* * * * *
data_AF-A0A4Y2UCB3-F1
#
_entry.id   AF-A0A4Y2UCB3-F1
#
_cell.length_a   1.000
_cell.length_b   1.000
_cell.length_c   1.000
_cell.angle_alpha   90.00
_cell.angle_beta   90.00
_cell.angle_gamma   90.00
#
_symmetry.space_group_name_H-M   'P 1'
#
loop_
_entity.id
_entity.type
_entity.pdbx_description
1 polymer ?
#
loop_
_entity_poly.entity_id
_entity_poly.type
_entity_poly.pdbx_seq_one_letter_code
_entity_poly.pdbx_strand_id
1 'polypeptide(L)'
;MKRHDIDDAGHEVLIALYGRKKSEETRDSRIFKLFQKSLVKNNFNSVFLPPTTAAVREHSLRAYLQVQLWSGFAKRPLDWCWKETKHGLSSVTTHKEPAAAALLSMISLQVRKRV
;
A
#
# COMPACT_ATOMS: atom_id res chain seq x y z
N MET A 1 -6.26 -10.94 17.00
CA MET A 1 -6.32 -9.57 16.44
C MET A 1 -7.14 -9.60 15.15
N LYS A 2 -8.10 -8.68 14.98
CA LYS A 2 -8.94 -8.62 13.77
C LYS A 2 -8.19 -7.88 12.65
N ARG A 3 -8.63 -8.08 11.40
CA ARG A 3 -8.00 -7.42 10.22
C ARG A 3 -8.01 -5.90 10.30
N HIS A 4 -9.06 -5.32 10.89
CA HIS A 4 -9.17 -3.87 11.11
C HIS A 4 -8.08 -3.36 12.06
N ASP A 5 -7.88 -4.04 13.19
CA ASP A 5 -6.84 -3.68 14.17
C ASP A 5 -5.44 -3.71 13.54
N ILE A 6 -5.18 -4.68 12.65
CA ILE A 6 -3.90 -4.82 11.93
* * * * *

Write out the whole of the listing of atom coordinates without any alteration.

data_AF-A0A4Y2UCB3-F1
#
_entry.id   AF-A0A4Y2UCB3-F1
#
_cell.length_a   1.000
_cell.length_b   1.000
_cell.length_c   1.000
_cell.angle_alpha   90.00
_cell.angle_beta   90.00
_cell.angle_gamma   90.00
#
_symmetry.space_group_name_H-M   'P 1'
#
loop_
_entity.id
_entity.type
_entity.pdbx_description
1 polymer ?
#
loop_
_entity_poly.entity_id
_entity_poly.type
_entity_poly.pdbx_seq_one_letter_code
_entity_poly.pdbx_strand_id
1 'polypeptide(L)'
;MKRHDIDDAGHEVLIALYGRKKSEETRDSRIFKLFQKSLVKNNFNSVFLPPTTAAVREHSLRAYLQVQLWSGFAKRPLDWCWKETKHGLSSVTTHKEPAAAALLSMISLQVRKRV
;
A
#
# COMPACT_ATOMS: atom_id res chain seq x y z
N MET A 1 -6.26 -10.94 17.00
CA MET A 1 -6.32 -9.57 16.44
C MET A 1 -7.14 -9.60 15.15
N LYS A 2 -8.10 -8.68 14.98
CA LYS A 2 -8.94 -8.62 13.77
C LYS A 2 -8.19 -7.88 12.65
N ARG A 3 -8.63 -8.08 11.40
CA ARG A 3 -8.00 -7.42 10.22
C ARG A 3 -8.01 -5.90 10.30
N HIS A 4 -9.06 -5.32 10.89
CA HIS A 4 -9.17 -3.87 11.11
C HIS A 4 -8.08 -3.36 12.06
N ASP A 5 -7.88 -4.04 13.19
CA ASP A 5 -6.84 -3.68 14.17
C ASP A 5 -5.44 -3.71 13.54
N ILE A 6 -5.18 -4.68 12.65
CA ILE A 6 -3.90 -4.82 11.93